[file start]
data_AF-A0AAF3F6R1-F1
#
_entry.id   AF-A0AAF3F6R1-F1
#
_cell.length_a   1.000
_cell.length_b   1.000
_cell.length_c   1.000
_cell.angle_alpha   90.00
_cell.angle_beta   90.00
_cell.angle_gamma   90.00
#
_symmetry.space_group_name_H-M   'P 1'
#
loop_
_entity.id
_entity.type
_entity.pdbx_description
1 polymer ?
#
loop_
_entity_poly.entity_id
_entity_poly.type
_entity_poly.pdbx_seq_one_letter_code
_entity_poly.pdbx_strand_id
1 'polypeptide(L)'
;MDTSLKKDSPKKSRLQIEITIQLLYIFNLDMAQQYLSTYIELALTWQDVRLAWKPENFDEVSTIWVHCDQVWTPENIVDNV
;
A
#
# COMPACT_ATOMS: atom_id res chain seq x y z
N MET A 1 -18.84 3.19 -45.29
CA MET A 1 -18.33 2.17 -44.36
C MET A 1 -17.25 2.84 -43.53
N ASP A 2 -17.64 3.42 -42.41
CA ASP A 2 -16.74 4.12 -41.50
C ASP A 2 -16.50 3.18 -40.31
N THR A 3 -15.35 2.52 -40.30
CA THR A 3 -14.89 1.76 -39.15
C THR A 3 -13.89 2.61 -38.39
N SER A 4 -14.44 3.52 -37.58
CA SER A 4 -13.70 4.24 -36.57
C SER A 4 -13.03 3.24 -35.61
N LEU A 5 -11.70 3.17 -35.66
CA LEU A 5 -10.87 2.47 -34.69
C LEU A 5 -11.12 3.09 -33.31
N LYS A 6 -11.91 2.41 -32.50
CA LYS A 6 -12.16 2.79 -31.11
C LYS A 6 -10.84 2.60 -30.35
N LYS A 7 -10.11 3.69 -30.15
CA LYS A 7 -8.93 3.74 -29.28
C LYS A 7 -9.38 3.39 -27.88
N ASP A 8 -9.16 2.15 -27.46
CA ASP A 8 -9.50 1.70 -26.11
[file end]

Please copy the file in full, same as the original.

data_AF-A0AAF3F6R1-F1
#
_entry.id   AF-A0AAF3F6R1-F1
#
_cell.length_a   1.000
_cell.length_b   1.000
_cell.length_c   1.000
_cell.angle_alpha   90.00
_cell.angle_beta   90.00
_cell.angle_gamma   90.00
#
_symmetry.space_group_name_H-M   'P 1'
#
loop_
_entity.id
_entity.type
_entity.pdbx_description
1 polymer ?
#
loop_
_entity_poly.entity_id
_entity_poly.type
_entity_poly.pdbx_seq_one_letter_code
_entity_poly.pdbx_strand_id
1 'polypeptide(L)'
;MDTSLKKDSPKKSRLQIEITIQLLYIFNLDMAQQYLSTYIELALTWQDVRLAWKPENFDEVSTIWVHCDQVWTPENIVDNV
;
A
#
# COMPACT_ATOMS: atom_id res chain seq x y z
N MET A 1 -18.84 3.19 -45.29
CA MET A 1 -18.33 2.17 -44.36
C MET A 1 -17.25 2.84 -43.53
N ASP A 2 -17.64 3.42 -42.41
CA ASP A 2 -16.74 4.12 -41.50
C ASP A 2 -16.50 3.18 -40.31
N THR A 3 -15.35 2.52 -40.30
CA THR A 3 -14.89 1.76 -39.15
C THR A 3 -13.89 2.61 -38.39
N SER A 4 -14.44 3.52 -37.58
CA SER A 4 -13.70 4.24 -36.57
C SER A 4 -13.03 3.24 -35.61
N LEU A 5 -11.70 3.17 -35.66
CA LEU A 5 -10.87 2.47 -34.69
C LEU A 5 -11.12 3.09 -33.31
N LYS A 6 -11.91 2.41 -32.50
CA LYS A 6 -12.16 2.79 -31.11
C LYS A 6 -10.84 2.60 -30.35
N LYS A 7 -10.11 3.69 -30.15
CA LYS A 7 -8.93 3.74 -29.28
C LYS A 7 -9.38 3.39 -27.88
N ASP A 8 -9.16 2.15 -27.46
CA ASP A 8 -9.50 1.70 -26.11